Forecasting voter behavior from inside the brain

29/07/2014 – Neuroimaging gives researchers a look under the hood, but will the technology help campaigns?

Forecasting voter behavior from inside the brain

One of the most influential political science models of citizen participation treats voters as if they were empty buckets ready to have their heads filled by the ideas of party leaders, media elites and campaigns.

Despite all its predictive power, we know that the model is wrong. The bucket is not empty. Voters have brains, and they use them.

I don’t mean this in some metaphorical sense like “that focus group member really spoke from the heart.” Based on all that we understand from modern neuroscience, people use their brains when they make political decisions.

While we have known this for a long time, the way we typically try to get at the content of those brains is by asking people about their views directly. The problem is that people often don’t know what their own brains are up to.

About 15 years ago I had the idea to use this new tool of functional brain imaging to look at the differences between people who knew a lot about politics and those who didn’t really think about it. What we found was that people who were very interested in politics activated a set of brain regions known as the Default Mode Network.

Basically, this part of your brain is quite active when you’re isolated in a brain scanner and doing “nothing.” When you start doing something like math, conjugating verbs in a new language or imagining a rotating object, this brain network’s activity seems to decrease.

But the Default Mode Network actually kicks into high gear when you are doing something social suggesting that, for the politically active, politics is a social task. For those who rarely think about politics, the network deactivates, just as it would if they were doing some technical task like math or verb conjugation. Later on my colleagues and I tried to identify differences in how Republicans and Democrats made risky decisions.

What we found was that the gambling behavior was indistinguishable, but we spotted disparities in how particular brain regions responded to those risks. In fact, a model based on activity in just two brain regions, the amygdala and the insula, correctly classified Republicans and Democrats 82 percent of the time. These results coincide with other work showing differences in the size of the same regions that corresponds with whether young adults in Britain are liberal or conservative.

Interpreting these results requires caution. We know from studies of twins that only around half of our political ideology appears to be heritable, and that affiliation with a particular political party isn’t heritable. We’re not hardwired to be Republicans or Democrats. In fact, there’s good evidence suggesting that we’re hardwired not to be hardwired: That we’re built for mental flexibility. Rather than trying to solve the problem of deciphering what a particular pattern of brain activity means, what if we just tried to use brain-imaging data directly to predict the behavior we’re interested in?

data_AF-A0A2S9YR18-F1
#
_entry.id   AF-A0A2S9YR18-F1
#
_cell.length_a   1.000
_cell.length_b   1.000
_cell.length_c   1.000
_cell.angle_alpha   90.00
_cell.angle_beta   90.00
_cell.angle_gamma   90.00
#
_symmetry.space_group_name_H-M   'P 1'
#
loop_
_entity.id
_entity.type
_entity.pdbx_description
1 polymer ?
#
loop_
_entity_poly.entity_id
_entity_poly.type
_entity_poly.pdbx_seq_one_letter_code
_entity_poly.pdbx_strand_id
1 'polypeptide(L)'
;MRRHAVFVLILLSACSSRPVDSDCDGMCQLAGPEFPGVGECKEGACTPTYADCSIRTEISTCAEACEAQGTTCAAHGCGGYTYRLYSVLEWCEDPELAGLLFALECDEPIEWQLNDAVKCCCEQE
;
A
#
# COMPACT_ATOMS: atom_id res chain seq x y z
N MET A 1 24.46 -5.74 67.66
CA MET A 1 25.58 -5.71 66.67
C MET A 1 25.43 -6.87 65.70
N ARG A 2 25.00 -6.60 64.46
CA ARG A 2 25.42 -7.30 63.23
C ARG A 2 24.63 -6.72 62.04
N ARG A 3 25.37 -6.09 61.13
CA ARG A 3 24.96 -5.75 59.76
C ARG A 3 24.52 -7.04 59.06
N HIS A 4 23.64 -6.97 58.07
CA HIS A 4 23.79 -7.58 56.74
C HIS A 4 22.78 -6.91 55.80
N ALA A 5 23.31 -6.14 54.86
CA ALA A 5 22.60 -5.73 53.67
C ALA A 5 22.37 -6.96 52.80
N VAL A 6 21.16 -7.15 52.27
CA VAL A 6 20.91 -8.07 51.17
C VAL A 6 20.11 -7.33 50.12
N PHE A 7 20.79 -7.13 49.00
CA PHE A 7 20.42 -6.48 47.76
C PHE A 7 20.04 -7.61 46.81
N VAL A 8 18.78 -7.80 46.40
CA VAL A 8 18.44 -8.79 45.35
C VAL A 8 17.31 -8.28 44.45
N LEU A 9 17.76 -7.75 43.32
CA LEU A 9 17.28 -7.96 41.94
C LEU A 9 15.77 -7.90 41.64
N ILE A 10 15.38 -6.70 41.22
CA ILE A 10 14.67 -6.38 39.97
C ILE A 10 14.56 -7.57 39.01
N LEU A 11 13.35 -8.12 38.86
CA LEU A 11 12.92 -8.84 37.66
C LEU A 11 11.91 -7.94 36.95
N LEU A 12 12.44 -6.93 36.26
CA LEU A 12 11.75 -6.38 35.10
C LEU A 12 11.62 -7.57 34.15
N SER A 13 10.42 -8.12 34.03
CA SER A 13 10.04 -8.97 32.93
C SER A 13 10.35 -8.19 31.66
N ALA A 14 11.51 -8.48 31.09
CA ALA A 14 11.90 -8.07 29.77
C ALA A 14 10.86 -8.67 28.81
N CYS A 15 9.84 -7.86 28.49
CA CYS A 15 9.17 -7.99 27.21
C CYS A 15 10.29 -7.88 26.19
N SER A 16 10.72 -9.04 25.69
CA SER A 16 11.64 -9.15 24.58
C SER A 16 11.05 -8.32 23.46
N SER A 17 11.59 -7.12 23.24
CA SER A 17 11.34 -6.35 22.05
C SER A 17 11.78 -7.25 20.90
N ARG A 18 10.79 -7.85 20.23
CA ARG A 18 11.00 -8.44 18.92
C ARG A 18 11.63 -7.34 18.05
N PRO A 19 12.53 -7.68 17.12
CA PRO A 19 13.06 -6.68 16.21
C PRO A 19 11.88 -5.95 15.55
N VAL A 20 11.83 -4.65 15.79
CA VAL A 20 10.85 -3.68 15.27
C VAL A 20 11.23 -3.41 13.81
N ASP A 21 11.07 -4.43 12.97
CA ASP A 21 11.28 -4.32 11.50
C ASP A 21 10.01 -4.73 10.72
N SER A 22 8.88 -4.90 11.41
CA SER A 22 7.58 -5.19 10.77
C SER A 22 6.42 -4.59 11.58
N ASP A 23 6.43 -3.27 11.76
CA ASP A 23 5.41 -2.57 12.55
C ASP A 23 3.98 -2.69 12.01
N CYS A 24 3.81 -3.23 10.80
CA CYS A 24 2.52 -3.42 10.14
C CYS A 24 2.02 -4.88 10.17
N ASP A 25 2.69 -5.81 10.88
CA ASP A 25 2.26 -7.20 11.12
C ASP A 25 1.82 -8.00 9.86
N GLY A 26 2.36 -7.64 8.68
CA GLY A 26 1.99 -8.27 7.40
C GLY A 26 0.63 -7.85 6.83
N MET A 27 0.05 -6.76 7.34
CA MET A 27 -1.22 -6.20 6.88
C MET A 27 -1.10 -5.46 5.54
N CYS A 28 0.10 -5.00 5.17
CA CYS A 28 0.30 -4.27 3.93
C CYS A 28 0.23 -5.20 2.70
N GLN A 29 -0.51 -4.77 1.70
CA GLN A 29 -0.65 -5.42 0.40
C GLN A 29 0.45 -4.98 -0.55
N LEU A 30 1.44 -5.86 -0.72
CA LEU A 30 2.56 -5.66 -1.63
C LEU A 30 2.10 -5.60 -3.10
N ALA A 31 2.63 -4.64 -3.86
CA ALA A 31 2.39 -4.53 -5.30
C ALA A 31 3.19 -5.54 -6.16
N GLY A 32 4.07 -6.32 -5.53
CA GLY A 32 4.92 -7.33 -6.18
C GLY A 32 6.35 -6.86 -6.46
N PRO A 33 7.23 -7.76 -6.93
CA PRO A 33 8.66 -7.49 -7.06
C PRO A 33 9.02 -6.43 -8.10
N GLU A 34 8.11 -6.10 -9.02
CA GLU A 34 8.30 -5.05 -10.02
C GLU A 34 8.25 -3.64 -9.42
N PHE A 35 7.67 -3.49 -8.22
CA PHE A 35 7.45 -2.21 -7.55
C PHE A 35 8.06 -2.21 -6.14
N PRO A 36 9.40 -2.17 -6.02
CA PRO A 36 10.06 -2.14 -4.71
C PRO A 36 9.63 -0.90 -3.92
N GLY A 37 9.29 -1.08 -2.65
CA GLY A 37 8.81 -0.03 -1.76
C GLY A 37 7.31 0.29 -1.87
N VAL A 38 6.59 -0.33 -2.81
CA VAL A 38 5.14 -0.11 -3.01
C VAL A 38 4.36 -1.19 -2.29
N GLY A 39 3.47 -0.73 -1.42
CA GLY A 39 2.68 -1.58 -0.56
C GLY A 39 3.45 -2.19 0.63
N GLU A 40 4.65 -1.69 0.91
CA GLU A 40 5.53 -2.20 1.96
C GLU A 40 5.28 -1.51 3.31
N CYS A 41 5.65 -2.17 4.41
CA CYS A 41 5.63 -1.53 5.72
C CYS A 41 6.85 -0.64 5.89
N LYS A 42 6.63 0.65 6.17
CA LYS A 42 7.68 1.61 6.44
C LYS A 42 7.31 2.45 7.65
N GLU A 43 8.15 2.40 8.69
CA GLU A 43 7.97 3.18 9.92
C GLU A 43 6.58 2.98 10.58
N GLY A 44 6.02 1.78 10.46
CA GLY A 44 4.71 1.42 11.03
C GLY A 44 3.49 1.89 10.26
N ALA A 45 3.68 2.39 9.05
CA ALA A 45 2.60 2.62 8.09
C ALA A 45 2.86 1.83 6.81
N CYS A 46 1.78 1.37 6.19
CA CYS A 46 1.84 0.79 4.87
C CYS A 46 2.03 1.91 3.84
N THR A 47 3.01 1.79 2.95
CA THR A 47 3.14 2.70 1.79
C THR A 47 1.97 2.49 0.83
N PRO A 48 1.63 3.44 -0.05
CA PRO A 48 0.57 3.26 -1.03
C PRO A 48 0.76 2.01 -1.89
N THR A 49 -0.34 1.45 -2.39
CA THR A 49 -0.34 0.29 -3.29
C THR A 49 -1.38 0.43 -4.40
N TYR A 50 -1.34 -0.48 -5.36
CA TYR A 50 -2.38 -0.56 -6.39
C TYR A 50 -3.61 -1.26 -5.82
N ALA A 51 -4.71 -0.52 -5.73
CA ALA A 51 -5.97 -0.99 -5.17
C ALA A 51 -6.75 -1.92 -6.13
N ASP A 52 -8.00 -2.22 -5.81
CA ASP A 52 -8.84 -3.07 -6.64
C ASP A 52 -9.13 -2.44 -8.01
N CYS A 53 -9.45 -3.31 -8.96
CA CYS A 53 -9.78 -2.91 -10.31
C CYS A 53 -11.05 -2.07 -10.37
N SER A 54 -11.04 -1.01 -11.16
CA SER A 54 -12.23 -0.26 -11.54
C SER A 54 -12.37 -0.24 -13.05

Researchers looking at the efficacy of public health campaigns have started to do exactly that. They’ve found that particular patterns of brain activity can predict whether a person exposed to persuasive advertising about the need to use sunscreen with actually don the lotion when catching some rays a week later. The measured effect from the participants’ brain activity was distinct from the result that came simply from asking people about their view of the increased sunscreen use ads.

Later studies showed that smoking cessation could be predicted months in advance by measuring how specific brain regions responded to tailored messages.

Follow-up research supplemented standard focus group techniques by brain imaging individuals as they watched ads that were part of a 1-800-QUIT-NOW anti-smoking campaign. The focus group’s neural responses to each of the ads predicted subsequent call volume when the campaigns went live. Again, the brain predictions were distinct from and in addition to the predictive power gained by traditional methods of asking the focus group for their opinions.

Campaigns with large budgets will be able to arrange such neural focus groups using expensive equipment for national-level elections and likely get insights well beyond what the existing surveys and normal focus groups can provide.

For those on a tighter budget, measuring electrical signals from the surface of the brain (EEG), measuring visual attention (eye-tracking), measuring physiological response (heart rate variability and skin conductance), and measuring response times to questions (using CATI) can provide insights beyond traditional tools.

Fonte: | Autore: Darren Schreiber, researches neuropolitics at the University of Exeter in the United Kingdom.


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